is unique; there is no substitute for it. Being homemade cheese
, in India
it is eaten
either by itself, or as an ingredient in recipes (e.g. subji
Surpassing other cheeses, it is unique for its versatility, fine taste,
high melting point.
's w/u above, I thought I would give the recipe I
learnt along with some yield amounts, and information on curdling agents.
Total time: approx. 30 mins
- Heat the milk over a medium heat in a pot large enough to
allow the milk to rise without overflowing. Whilst waiting for
the milk to boil, prepare your choice of curdling agent and
get a strainer/collander ready by lining it with two layers of
cheesecloth(*) and propping it above a receptacle
to collect the whey.
- If you want it to be rich, add the butter once it is at
a suitable temperature. Stir gently anyway, to keep it from sticking.
- When the milk begins to rise, stir in the curdling agent.
Stir in one direction only at this time. The sponge-like
paneer will now begin to separate from the clear yellow-green
whey. If the whey does not become clear, add a small amount more
of the curdling agent, and keep stirring.
- After the curds and whey have separated completely, remove
the pot from the heat. Pour the contents into the cheesecloth
(make sure it's big enough!). After a large amount of the liquid
has drained, wash the curds under cold water to remove any
excess curdling agent. Then press out the liquid.
- If you want firm paneer (e.g. for cubes, or
for kneading into dough), then bind the paneer like a package
withing the cheesecloth, pat into a block, and press it under a heavy
weight for some time. The longer you leave it, the firmer it
will be. You can then cut it afterwards.
- If you only need soft cheese, then simply tighten the cheesecloth
around the paneer, squeeze a bit, and leave to drain.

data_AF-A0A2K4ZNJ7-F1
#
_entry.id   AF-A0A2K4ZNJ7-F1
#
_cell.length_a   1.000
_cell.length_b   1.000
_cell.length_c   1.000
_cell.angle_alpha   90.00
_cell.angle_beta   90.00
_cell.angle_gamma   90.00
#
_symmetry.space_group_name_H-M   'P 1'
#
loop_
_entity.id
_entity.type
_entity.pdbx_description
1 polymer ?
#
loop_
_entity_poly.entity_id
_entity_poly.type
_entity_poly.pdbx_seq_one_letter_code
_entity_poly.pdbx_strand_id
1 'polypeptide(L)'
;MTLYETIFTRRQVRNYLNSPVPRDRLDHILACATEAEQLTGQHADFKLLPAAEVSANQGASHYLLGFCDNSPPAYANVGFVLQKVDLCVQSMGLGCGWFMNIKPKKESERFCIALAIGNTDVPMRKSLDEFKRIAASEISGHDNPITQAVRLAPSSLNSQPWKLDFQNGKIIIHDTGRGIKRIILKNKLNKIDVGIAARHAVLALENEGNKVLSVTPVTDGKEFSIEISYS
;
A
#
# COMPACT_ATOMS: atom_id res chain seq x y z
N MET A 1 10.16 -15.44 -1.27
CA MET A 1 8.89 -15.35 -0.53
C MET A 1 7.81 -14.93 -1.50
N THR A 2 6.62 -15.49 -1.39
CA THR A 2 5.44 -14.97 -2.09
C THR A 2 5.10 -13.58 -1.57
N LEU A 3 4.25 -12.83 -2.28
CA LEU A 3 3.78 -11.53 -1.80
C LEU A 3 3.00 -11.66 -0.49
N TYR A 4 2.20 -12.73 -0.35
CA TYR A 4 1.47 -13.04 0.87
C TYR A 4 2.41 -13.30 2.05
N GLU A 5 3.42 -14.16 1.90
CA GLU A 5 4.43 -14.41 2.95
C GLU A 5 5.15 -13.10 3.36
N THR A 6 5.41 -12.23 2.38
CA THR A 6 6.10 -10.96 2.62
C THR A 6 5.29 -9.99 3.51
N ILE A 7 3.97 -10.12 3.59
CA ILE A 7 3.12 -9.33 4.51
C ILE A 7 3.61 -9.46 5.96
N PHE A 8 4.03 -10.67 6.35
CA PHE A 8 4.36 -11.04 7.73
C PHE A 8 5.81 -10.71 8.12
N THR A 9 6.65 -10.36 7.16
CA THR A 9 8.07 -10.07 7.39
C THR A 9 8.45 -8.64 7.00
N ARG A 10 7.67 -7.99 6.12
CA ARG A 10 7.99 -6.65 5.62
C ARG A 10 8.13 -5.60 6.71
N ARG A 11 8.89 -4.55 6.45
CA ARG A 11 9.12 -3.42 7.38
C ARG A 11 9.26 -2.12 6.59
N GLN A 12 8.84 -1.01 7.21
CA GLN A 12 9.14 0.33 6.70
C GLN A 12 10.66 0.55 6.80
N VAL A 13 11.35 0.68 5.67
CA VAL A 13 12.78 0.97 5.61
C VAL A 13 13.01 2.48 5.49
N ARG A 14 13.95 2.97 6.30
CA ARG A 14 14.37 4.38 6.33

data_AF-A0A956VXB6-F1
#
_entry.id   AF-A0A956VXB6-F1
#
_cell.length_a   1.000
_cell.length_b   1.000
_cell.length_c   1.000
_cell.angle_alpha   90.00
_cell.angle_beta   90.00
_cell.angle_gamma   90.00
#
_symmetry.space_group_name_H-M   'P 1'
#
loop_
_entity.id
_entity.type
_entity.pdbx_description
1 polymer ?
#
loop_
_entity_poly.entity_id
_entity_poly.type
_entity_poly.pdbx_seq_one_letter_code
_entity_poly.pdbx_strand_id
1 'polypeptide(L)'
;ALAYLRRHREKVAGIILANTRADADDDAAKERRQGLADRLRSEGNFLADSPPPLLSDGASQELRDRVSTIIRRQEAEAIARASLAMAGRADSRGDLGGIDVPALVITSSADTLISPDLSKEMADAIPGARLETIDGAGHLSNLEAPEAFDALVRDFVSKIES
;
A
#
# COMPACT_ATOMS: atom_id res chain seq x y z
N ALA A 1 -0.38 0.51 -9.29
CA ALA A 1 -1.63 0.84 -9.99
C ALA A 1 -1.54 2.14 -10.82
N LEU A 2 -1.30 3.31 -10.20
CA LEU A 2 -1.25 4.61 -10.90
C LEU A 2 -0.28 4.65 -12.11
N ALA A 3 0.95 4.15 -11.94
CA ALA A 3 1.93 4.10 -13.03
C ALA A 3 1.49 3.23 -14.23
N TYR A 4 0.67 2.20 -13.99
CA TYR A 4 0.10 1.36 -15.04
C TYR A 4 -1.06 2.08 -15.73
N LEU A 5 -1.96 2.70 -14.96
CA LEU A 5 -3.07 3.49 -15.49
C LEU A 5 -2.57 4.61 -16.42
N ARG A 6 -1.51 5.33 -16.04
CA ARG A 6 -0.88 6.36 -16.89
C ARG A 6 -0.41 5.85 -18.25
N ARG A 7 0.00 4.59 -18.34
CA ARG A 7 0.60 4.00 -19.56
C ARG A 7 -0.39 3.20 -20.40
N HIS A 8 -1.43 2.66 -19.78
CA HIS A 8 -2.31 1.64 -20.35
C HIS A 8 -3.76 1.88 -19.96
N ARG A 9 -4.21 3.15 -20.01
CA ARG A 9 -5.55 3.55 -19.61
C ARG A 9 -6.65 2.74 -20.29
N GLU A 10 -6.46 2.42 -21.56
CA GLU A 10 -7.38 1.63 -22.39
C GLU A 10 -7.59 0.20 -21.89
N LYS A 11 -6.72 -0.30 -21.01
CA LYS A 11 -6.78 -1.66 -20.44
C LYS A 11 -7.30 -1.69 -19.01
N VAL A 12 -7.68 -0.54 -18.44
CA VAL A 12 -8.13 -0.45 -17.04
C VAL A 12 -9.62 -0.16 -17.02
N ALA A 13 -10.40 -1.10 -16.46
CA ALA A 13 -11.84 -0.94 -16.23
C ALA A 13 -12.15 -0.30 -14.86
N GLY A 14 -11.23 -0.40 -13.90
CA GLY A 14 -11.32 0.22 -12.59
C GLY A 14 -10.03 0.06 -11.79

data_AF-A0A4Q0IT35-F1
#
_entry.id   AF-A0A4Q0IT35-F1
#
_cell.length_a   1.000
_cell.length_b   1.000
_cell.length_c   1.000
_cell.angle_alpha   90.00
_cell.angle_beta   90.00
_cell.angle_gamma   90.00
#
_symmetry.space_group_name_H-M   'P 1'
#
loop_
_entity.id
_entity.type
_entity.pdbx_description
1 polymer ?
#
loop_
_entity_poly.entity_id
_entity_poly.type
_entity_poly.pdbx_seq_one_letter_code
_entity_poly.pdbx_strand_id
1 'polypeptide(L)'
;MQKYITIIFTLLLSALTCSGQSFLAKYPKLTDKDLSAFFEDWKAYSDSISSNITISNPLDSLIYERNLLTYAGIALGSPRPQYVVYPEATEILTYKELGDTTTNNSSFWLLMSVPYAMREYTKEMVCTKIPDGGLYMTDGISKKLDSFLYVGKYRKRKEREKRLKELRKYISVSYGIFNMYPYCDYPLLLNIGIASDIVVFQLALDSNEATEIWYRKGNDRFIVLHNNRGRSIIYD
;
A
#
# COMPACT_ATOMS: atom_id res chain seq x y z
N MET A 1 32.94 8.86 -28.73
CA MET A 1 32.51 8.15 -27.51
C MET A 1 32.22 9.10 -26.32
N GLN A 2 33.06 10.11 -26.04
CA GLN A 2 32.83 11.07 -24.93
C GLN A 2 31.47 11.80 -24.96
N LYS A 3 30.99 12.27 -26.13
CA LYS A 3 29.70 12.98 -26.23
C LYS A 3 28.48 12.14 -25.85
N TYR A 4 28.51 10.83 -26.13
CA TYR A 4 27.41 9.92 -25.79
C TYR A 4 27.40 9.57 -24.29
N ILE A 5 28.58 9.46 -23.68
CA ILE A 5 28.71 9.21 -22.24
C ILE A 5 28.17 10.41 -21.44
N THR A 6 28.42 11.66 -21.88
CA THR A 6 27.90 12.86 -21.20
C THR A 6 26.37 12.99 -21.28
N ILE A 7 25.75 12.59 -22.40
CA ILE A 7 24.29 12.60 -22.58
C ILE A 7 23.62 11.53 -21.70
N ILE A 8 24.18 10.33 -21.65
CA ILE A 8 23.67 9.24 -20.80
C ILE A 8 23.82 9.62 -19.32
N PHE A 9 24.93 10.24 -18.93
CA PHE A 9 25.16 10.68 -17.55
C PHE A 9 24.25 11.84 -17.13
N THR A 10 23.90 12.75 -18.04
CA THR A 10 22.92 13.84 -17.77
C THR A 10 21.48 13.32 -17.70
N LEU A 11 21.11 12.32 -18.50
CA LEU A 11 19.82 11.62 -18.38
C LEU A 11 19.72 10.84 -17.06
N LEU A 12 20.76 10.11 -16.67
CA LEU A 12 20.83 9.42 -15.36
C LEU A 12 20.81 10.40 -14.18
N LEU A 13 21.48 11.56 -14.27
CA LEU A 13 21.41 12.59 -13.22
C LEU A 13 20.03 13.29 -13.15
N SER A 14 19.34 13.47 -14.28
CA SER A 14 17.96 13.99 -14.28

If you do not have cheesecloth, you can use muslin
similar. I use a old worn-thin dhoti
Sometimes paneer is known as chenna when it is soft, and
only as paneer when it is pressed.
2 1/2 cups (600 ml) yields 4 oz (100 g) chenna or 3 oz (75 g) pressed paneer
7 cups (1.7 l) yields 9 oz (250 g) chenna or 7 oz (200 g) pressed paneer
12 cups (3 l) yields 14 oz (400 g) chenna or 12 oz (350 g) pressed paneer
Commonly used curdling agents
- Lemon Juice - this will give a light, sour taste.
Approx 1 tbsp lemon juice will curdle 2 1/2 cups (600 ml) of
- Citric Acid (sour salt) - these crystals (which you
can buy in supermarkets or pharmacists) are easy to use and store.
For firm curds, bring the milk to a full boil. Then add the citric
acid a little at a time. Too much will result in mushy curds.
Approx 1/2 tsp citric acid will curdle 2 1/2 cups (600 ml) of
- Yoghurt - this results in the cheese being thick and
soft. Before adding you may want to dilute with a small amount
of warm milk.
Approx 4 or 5 tbsp yoghurt will curdle 2 1/2 cups (600 ml) of
- Whey - Whey resulting from this recipe can be kept
over to use the next day. As it sours it becomes more effective.
Store at room temperature for up to 2 days. (Of course you can
use it for something else, e.g. cooking Dal in.)
Like lemon juice, whey can give a slightly sour taste to the
At least 2/3 cup (150 ml) sour whey is needed to curdle
2 1/2 cups (600 ml) of milk.
N.B. If you want to use the whey
for something else, then take care
about the amount of curdling agent you use. Of course, if you only
want the curds
then you can use plenty (it will be washed out anyway).